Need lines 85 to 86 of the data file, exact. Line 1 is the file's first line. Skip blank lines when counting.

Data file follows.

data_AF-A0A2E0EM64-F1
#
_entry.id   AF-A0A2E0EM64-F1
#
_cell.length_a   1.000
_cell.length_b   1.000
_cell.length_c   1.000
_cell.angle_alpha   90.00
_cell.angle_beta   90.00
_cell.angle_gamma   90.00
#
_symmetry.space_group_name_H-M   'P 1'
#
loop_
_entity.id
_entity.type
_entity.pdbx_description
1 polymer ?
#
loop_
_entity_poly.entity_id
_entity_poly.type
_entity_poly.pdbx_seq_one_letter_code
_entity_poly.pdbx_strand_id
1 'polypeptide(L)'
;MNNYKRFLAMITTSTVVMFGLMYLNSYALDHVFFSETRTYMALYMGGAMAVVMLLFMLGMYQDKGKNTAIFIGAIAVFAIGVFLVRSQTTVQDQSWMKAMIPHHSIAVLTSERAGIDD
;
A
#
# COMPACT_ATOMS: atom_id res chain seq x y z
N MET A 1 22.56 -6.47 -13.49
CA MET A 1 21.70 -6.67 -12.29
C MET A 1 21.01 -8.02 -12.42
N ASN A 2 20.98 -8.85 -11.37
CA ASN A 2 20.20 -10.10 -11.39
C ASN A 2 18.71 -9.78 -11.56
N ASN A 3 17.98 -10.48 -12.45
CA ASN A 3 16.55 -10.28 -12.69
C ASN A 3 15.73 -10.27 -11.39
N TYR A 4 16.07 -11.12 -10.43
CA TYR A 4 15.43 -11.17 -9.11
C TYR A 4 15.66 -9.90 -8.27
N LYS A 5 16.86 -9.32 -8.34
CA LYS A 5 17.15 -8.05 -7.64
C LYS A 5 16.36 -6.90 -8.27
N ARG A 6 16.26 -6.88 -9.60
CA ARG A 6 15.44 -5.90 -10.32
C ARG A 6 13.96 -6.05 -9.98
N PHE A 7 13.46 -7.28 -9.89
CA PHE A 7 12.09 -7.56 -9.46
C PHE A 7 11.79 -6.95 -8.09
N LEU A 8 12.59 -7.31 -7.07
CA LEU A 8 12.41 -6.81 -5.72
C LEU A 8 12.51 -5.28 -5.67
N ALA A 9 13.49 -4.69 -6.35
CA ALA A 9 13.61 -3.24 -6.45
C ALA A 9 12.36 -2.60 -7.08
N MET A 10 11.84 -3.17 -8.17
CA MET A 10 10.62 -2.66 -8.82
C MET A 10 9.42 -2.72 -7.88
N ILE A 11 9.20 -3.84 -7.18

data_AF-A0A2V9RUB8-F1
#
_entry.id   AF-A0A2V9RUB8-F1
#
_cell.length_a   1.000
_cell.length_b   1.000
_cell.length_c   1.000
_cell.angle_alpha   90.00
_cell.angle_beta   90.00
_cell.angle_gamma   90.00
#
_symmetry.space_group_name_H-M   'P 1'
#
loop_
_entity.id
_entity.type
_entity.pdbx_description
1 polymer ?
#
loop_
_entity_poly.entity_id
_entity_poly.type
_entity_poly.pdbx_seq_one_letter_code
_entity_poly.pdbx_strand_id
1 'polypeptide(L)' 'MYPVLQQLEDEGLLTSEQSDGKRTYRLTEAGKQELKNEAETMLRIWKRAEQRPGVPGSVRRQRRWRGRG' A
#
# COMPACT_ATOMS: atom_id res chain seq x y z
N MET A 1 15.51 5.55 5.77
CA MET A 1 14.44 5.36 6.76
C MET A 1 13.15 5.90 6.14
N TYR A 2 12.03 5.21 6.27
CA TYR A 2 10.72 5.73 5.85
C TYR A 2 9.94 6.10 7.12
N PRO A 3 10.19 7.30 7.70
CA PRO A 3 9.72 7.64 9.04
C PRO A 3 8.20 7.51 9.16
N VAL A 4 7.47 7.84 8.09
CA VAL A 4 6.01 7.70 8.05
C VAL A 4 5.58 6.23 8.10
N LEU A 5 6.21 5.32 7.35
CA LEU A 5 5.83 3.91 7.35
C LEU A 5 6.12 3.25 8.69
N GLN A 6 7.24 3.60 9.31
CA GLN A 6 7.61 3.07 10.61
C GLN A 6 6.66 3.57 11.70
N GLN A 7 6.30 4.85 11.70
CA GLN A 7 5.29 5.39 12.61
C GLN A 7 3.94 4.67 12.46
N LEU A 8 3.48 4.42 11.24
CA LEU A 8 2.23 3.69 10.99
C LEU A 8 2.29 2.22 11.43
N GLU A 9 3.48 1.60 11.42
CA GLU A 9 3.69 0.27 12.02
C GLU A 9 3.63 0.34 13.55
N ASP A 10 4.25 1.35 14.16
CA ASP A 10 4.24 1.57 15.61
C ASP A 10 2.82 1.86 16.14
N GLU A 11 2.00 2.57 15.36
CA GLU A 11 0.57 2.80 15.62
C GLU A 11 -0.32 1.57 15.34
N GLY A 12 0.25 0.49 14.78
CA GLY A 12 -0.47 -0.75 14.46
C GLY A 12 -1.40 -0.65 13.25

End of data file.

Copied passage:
_entity_poly.pdbx_strand_id
1 'polypeptide(L)' 'MYPVLQQLEDEGLLTSEQSDGKRTYRLTEAGKQELKNEAETMLRIWKRAEQRPGVPGSVRRQRRWRGRG' A